By Paul Bender, Global Public Sector Marketing
The diversity and proliferation of communications channels and devices requires growing numbers of ‘bridging technologies’ to ensure effective intelligence gathering and collaboration.
The speed of response, so critical in active shooter and similar time critical events, is hampered by legacy IT infrastructures and complicated dispatch environments while the need to integrate dispatch technologies into the wider command center environment uncovers a range of technical and operational integration issues.
Technology aside, an effective response calls for seamless conversations between multiple stakeholders on the base and beyond its borders with civilian law enforcement and emergency services personnel.
As recent events at Fort Hood and San Antonio highlight, the faster the response, the more controlled the emergency. A modern dispatch solution — one that brings together diverse channels and media, simplifies the dispatch environment and addresses technical integration challenges — is critical to ensuing next generation safety and response on Department of Defense (DoD) posts, camps and stations.
From integration to interface
A typical Emergency Operation Center (EOC) dispatch position has multiple devices and consoles for communications. There’s a console for talking on radios (or portable radios), there’s a console for talking on telephone lines (or regular desktop telephones), and there are satellite communications, intercoms and paging systems. There are handsets, headsets and footswitches, gooseneck microphones, various external speakers, keyboards and mice all related to voice communications.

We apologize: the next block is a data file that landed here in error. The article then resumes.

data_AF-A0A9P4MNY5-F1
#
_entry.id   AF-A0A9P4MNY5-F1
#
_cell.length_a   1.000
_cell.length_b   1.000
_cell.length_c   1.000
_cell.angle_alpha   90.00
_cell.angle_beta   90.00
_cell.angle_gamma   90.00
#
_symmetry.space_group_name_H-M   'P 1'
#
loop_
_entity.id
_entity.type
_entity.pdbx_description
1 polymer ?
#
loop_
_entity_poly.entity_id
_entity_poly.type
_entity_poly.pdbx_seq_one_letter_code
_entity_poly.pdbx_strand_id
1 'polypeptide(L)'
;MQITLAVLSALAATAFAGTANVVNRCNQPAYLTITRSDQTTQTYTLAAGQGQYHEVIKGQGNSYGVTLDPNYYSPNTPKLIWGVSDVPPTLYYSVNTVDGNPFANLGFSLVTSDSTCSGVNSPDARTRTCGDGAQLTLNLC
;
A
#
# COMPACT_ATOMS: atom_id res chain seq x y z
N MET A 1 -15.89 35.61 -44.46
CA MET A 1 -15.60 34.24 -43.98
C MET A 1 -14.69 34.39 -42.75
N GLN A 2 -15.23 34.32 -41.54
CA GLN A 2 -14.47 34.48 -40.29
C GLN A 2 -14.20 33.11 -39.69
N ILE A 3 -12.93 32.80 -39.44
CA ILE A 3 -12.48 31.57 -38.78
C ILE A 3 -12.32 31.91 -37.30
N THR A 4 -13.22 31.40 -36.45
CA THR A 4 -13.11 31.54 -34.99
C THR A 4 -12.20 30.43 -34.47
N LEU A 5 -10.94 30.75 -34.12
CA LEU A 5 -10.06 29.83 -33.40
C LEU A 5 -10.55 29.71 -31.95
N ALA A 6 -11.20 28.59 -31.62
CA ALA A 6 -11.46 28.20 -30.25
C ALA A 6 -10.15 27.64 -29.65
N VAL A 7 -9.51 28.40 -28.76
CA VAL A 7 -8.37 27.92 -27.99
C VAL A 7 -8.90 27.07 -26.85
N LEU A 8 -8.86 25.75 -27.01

In addition, the typical operator faces a large array of screens and keyboards providing critical information related to the incident. It’s not unusual to see multiple screens facing a single operator.
In this type of environment, simplifying communications is critical. Switching between devices, from a radio console to a telephone console, or even from one mouse to another can take time, cause mistakes and can lead to disaster. Bringing together the various modes of conversation quickly and easily makes operational sense in stressful emergency situations.
Many EOCs still run on outdated Time Division Multiplexing (TDM) technology for voice and radio traffic. In this older TDM world, command center personnel are tied to specific locations and expanding to remote users or disaster recovery sites is difficult and expensive.
Then there’s the often-overlooked question of usability. In purely practical terms, the ability to respond rapidly and effectively to an on-post incident depends on the effectiveness of the operator. In turn, the operator’s effectiveness depends on the kit they have in front of them – whether that’s a dedicated dispatch terminal or a software-based dispatch application on a secure laptop.
The usability of the interface therefore is crucial – the ability not only to consolidate the multiple screens, mics, telephones, but to create a single, easy-to-use interface with hot buttons, shortcuts and pre-configured pages to simplify the user experience as well as decluttering the space. Effective incident response on posts, camps, and stations is an increasingly complex challenge: How are you handling the proliferation of communication channels and devices?